Downtown affordable housing project requests $550,000 from city housing trust fund; proposed designs also updated

photo by: H2B Architects

Updated renderings show the west side of the proposed New Hampshire Street Lofts project.

Plans continue to develop for an affordable housing project on a long-vacant lot on the south end of New Hampshire Street in downtown Lawrence, including design updates and funding requests.

The developer for the New Hampshire Street Lofts project updated designs for the building this spring to align with downtown requirements, and recently submitted an application for a $550,000 grant from the city’s Affordable Housing Trust Fund. Additional economic incentive requests are forthcoming.

Plans were filed at Lawrence City Hall in January to develop the vacant lot in the 1000 block of New Hampshire with a four-story building. Those initial filings called for apartments on the upper floors and work-live units on the ground floor, meaning a business owner could operate a shop in the front half of the space and live in the back half. Architecturally, those designs were very similar to the recent apartment building that the developer, Tony Krsnich, built in the Warehouse Arts District that is east of downtown, which consisted of a simple design of brick and cement panels.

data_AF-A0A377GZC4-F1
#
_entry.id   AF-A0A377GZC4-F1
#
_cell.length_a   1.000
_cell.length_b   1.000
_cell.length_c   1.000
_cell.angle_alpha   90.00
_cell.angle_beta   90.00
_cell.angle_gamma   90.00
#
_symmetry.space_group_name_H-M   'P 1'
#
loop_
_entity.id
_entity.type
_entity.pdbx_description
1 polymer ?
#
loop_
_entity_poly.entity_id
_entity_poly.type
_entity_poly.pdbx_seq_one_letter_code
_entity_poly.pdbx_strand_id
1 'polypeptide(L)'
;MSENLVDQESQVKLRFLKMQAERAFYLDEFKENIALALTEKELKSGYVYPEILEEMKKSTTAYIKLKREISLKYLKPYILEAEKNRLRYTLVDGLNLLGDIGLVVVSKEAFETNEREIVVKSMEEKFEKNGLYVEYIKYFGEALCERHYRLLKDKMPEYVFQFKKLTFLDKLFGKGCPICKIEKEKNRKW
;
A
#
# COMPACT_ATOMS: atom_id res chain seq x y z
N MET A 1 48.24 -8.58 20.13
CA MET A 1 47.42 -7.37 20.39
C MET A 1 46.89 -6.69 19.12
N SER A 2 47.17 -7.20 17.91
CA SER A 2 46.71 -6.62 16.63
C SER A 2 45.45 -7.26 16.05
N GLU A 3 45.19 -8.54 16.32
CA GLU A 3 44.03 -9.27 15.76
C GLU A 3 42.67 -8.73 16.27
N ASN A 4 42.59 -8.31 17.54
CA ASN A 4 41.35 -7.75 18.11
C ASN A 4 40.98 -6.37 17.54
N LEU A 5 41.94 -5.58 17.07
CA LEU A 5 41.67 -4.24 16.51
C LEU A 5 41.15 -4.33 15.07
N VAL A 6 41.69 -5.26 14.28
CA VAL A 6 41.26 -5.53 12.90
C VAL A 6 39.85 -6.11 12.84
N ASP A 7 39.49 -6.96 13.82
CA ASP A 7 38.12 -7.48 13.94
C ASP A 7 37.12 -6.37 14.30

photo by: Courtesy: H2B Architects/City of Lawrence

Initial plans filed with City Hall in January show the proposed design of the New Hampshire Street Lofts project, proposed for the 1000 block of New Hampshire Street. The center portion of the building is lobby, while apartments occupy the top three floors and live-work spaces occupy the ground floor.

That design did not meet downtown standards, and the Historic Resources Commission subsequently referred the project to its architectural review committee to work with the developer on design options that would meet the city’s historic preservation requirements and downtown design guidelines. As the Journal-World reported, the committee called for various changes to the look of the building and some modifications to mitigate the building’s impact on the historic environs of the area, including the historic English Lutheran Church directly south of the proposed project.

The updated plans call for the use of brick, stone, and cement panels on the outside of the building, as well as more architectural detail, such as stone windowsills and cornices. The building also “steps down” from four stories to three next to the church, with increased green space between that portion of the building and the church. A circle drive around the building was removed and angled parking was added along New Hampshire Street. Commercial storefronts were also added on the west side of the ground level, which is the side that faces New Hampshire Street. Historic Resources Administrator Lynne Braddock Zollner said the HRC has approved the new design, and the only outstanding item is the final building material selection, including color.